And God raised us up with Christ and seated us with him in the heavenly realms in Christ Jesus (Ephesians 2:6, NIV)

The only remaining question is what about the Holy Spirit, why is the Spirit not also said to be sitting on a throne? Well, the imagery sort of automatically answers it. The Father sent the Son and through his resurrection lifted the human nature of Christ into a universal lordship over all creation 'by the Spirit'.

I pray that the eyes of your heart may be enlightened in order that you may know the hope to which he has called you, the riches of his glorious inheritance in his holy people, and his incomparably great power for us who believe. That power is the same as the mighty strength he exerted when he raised Christ from the dead and seated him at his right hand in the heavenly realms (Ephesians 1:18-20, NIV)

The Spirit who acts as the immediate presence of the Father through the Son, who performs and perfects the works of God among us is the communicator of the kingdom of God in us, so that even though we still live on the earth, we are mystically united into Christ and experience heaven at God's right hand, inheriting the universe and eternal life. Therefore, the Spirit is filling all in all in the imagery and lifting us up into heaven according to the Father's will. The Father and the Son are 'sitting' and 'sending' the Spirit, therefore, the Spirit can't be sitting in the imagery, as the Spirit is always 'being sent' to ensure God's will is done on earth as it is in heaven.

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So what you are saying is that God is sitting next to himself and that, that is not a contradiction. –  gideon marx Oct 20 '13 at 15:03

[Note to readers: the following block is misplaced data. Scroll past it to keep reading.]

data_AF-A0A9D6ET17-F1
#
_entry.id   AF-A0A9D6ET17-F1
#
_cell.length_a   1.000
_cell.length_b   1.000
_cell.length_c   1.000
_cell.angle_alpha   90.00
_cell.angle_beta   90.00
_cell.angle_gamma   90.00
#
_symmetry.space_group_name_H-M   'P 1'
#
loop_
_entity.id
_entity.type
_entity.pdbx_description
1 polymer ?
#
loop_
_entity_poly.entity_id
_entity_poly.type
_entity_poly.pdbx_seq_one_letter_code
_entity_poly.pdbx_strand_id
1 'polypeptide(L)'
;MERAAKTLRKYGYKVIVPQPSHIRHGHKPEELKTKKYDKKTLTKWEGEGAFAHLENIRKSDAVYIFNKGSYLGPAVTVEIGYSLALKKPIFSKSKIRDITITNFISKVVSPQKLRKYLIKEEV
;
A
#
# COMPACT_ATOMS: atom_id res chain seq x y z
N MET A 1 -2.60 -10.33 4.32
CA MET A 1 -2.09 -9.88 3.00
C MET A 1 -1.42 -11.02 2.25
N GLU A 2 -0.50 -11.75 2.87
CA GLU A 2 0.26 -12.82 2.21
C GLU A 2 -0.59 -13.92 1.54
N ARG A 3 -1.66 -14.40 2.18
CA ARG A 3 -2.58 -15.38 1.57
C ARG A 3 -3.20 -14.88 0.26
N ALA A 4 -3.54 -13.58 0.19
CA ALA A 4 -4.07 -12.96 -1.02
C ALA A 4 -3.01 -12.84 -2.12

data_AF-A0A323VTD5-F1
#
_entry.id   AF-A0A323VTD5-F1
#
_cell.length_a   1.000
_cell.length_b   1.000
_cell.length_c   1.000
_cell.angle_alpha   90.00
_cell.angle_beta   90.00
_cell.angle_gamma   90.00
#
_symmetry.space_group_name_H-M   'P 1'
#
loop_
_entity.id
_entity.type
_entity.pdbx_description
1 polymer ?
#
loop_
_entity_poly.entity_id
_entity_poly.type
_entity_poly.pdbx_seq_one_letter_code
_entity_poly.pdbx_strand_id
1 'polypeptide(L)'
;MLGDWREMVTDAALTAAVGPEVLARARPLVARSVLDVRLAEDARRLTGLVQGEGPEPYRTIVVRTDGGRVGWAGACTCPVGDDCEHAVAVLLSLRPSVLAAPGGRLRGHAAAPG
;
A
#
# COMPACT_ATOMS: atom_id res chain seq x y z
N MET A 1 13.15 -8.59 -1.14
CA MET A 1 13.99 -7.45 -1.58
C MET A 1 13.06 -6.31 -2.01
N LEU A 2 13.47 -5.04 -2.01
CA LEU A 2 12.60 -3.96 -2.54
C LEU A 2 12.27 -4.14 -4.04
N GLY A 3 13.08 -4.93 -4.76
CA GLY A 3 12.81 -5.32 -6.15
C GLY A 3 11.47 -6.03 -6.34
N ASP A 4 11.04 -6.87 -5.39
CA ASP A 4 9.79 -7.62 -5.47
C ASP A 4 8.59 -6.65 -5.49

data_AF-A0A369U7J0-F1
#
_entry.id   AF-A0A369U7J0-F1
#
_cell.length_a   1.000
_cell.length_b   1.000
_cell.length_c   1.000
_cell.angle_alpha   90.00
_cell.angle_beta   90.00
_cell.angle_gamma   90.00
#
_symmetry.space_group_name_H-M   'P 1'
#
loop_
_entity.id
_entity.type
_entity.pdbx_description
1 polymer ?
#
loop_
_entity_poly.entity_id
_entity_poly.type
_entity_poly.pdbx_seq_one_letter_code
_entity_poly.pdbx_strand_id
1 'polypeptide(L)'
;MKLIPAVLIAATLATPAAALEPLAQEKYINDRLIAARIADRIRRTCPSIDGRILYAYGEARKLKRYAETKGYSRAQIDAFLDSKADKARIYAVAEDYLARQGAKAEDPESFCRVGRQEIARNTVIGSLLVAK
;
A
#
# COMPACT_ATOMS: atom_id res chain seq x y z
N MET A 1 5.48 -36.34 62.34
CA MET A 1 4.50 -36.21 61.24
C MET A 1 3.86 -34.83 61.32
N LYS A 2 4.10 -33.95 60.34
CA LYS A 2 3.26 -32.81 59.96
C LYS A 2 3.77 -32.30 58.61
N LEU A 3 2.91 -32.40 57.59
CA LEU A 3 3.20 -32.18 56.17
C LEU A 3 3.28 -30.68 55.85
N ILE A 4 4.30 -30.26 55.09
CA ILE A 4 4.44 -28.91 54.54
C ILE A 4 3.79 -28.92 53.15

He's saying the thrones are symbols of God's authority and actions, not necessarily actual thrones. –  Ryan Frame Oct 21 '13 at 0:22
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Symbols created for humans so they can understand God better. So why is it so difficult to understand? That is what the original question is about. Two symbols created for a better understanding of God by humans have resulted in a musical chairs absurdity. The question has not been answered. –  gideon marx Oct 21 '13 at 6:38
    
@gideon-marx: yeah, this still doesn't make any sense and actually pushes many people away..... –  Greg McNulty Oct 22 '13 at 0:02
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weird comment chain –  Mike Oct 22 '13 at 6:08
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Jesus and the Father are one God, but they are two people. Two people deserve two seats.

To expand slightly, according to mainstream (i.e. Trinitarian) Christianity, Jesus and the Father are separate persons. In fact this passage is considered evidence that Jesus is not simply a different manifestation of God the Father. I recommend consulting a detailed explanation of the Trinity for more information.

Mike gives an excellent answer describing the imagary, by the way.